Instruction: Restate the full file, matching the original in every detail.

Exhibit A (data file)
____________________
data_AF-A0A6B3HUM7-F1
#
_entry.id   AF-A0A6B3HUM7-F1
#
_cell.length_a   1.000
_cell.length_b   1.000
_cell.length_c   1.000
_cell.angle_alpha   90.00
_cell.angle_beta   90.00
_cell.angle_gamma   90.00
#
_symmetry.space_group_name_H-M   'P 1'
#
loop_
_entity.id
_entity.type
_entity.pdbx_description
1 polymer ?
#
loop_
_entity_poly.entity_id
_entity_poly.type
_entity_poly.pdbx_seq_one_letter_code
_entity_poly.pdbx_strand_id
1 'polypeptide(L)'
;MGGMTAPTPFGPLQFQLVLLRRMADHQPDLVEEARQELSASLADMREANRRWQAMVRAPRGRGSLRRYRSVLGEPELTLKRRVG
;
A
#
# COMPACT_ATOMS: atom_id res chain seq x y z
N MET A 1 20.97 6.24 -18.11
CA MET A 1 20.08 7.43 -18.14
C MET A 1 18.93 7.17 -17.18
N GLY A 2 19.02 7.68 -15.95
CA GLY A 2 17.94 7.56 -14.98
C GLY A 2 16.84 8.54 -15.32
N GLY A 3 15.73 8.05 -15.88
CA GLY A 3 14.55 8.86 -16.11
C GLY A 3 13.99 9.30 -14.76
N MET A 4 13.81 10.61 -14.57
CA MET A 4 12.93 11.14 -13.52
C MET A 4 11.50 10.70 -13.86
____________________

data_AF-A0A6B3HUM7-F1
#
_entry.id   AF-A0A6B3HUM7-F1
#
_cell.length_a   1.000
_cell.length_b   1.000
_cell.length_c   1.000
_cell.angle_alpha   90.00
_cell.angle_beta   90.00
_cell.angle_gamma   90.00
#
_symmetry.space_group_name_H-M   'P 1'
#
loop_
_entity.id
_entity.type
_entity.pdbx_description
1 polymer ?
#
loop_
_entity_poly.entity_id
_entity_poly.type
_entity_poly.pdbx_seq_one_letter_code
_entity_poly.pdbx_strand_id
1 'polypeptide(L)'
;MGGMTAPTPFGPLQFQLVLLRRMADHQPDLVEEARQELSASLADMREANRRWQAMVRAPRGRGSLRRYRSVLGEPELTLKRRVG
;
A
#
# COMPACT_ATOMS: atom_id res chain seq x y z
N MET A 1 20.97 6.24 -18.11
CA MET A 1 20.08 7.43 -18.14
C MET A 1 18.93 7.17 -17.18
N GLY A 2 19.02 7.68 -15.95
CA GLY A 2 17.94 7.56 -14.98
C GLY A 2 16.84 8.54 -15.32
N GLY A 3 15.73 8.05 -15.88
CA GLY A 3 14.55 8.86 -16.11
C GLY A 3 13.99 9.30 -14.76
N MET A 4 13.81 10.61 -14.57
CA MET A 4 12.93 11.14 -13.52
C MET A 4 11.50 10.70 -13.86